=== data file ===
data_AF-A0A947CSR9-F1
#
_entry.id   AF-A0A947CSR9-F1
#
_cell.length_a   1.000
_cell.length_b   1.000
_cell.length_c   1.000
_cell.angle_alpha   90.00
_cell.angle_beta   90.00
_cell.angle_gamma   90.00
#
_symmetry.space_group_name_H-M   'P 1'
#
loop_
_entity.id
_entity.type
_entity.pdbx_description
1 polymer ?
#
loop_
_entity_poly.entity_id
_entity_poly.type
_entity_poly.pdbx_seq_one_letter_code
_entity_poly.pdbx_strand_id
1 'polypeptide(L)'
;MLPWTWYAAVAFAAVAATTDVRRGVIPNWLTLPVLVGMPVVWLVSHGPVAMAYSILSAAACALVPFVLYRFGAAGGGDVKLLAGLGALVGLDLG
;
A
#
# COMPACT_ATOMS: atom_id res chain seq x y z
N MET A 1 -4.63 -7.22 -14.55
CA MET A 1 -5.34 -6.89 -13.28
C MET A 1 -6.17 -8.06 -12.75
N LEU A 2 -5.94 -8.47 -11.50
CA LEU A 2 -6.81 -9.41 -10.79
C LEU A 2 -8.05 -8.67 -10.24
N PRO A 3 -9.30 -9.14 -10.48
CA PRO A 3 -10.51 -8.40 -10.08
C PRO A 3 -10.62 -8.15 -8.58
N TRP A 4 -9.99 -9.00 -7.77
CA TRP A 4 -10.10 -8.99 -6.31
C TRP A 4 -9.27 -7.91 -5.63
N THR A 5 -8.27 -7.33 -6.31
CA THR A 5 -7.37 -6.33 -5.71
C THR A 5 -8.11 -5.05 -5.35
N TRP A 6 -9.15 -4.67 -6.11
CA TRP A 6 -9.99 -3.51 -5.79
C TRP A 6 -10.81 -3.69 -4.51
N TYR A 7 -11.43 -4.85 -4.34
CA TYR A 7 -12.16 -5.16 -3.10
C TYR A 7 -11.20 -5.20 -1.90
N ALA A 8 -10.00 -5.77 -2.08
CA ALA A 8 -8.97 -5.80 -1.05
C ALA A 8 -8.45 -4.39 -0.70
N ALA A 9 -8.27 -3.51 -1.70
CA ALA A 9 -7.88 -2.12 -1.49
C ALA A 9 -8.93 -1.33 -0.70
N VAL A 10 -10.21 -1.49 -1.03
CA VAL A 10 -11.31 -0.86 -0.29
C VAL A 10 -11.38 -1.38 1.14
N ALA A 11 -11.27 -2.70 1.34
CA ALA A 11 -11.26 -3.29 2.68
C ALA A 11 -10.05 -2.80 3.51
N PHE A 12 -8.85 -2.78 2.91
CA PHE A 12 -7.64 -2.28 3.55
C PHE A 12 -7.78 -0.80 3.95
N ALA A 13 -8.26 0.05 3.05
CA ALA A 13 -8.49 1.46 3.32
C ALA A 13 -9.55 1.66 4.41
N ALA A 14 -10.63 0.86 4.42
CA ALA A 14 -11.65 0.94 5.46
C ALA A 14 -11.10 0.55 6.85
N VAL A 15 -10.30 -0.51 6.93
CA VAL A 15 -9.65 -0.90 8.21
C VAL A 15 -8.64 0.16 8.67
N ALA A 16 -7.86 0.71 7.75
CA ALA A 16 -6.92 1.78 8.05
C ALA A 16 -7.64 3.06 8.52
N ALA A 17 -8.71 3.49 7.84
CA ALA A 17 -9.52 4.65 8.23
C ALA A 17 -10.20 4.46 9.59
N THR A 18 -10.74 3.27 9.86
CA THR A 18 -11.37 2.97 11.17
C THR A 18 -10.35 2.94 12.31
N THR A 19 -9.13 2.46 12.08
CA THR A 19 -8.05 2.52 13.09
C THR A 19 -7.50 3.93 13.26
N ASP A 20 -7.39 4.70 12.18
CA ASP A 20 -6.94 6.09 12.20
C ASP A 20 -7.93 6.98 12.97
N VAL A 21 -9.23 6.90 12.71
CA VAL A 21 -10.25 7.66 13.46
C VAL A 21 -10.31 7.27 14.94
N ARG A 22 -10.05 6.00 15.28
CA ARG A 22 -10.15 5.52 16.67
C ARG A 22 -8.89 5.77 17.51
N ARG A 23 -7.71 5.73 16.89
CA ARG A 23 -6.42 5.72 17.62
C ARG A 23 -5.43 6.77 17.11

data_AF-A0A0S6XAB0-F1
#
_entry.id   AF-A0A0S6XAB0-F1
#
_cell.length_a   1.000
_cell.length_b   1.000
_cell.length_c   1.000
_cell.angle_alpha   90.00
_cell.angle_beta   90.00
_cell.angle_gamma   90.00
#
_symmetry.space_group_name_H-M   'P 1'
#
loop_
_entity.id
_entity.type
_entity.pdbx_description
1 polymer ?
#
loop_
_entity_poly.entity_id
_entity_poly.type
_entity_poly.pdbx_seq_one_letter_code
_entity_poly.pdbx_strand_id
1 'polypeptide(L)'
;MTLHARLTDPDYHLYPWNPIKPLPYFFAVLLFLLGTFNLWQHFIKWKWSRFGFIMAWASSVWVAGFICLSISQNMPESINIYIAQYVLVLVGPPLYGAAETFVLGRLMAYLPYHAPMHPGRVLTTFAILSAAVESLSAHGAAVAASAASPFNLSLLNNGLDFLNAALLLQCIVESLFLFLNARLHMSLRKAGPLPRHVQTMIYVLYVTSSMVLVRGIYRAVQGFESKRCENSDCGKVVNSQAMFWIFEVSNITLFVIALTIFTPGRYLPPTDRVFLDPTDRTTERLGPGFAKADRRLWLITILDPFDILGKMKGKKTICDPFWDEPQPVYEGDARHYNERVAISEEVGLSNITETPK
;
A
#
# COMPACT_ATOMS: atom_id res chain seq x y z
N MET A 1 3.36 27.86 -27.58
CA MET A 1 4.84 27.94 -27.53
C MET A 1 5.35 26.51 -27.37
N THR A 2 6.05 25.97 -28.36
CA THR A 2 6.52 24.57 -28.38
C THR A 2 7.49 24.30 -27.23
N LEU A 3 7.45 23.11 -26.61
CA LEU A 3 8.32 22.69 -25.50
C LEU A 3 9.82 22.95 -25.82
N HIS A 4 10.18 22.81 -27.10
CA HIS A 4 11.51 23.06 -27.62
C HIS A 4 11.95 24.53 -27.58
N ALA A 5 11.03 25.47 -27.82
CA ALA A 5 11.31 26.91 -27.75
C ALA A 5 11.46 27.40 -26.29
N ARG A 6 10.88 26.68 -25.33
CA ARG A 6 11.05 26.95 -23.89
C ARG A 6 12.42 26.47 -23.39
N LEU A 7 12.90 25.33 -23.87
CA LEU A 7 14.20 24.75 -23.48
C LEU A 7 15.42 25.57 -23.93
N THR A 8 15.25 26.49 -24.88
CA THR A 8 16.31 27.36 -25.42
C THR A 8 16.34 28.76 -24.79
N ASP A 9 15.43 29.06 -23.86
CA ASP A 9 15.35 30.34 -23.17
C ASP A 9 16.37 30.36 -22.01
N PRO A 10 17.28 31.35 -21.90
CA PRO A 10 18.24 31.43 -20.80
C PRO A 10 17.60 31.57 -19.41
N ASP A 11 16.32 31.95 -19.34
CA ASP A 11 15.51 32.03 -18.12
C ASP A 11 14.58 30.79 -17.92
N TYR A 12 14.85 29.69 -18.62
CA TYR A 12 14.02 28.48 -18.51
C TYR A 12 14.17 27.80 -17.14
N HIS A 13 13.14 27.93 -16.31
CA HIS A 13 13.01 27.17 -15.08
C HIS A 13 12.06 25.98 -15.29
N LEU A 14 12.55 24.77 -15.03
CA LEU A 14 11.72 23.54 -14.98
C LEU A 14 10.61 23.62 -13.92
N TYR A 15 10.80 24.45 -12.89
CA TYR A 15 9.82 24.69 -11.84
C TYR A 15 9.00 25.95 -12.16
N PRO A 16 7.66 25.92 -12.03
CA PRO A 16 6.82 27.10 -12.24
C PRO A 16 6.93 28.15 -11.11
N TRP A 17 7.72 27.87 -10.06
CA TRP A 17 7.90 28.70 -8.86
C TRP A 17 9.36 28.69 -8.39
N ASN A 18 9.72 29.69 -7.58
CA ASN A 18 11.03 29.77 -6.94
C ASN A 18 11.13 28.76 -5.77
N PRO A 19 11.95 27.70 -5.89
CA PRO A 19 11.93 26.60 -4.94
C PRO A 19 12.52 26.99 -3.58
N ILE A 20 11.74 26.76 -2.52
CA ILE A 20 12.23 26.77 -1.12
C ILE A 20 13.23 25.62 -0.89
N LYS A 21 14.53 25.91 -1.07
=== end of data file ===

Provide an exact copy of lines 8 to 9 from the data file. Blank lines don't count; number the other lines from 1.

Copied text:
_cell.angle_alpha   90.00
_cell.angle_beta   90.00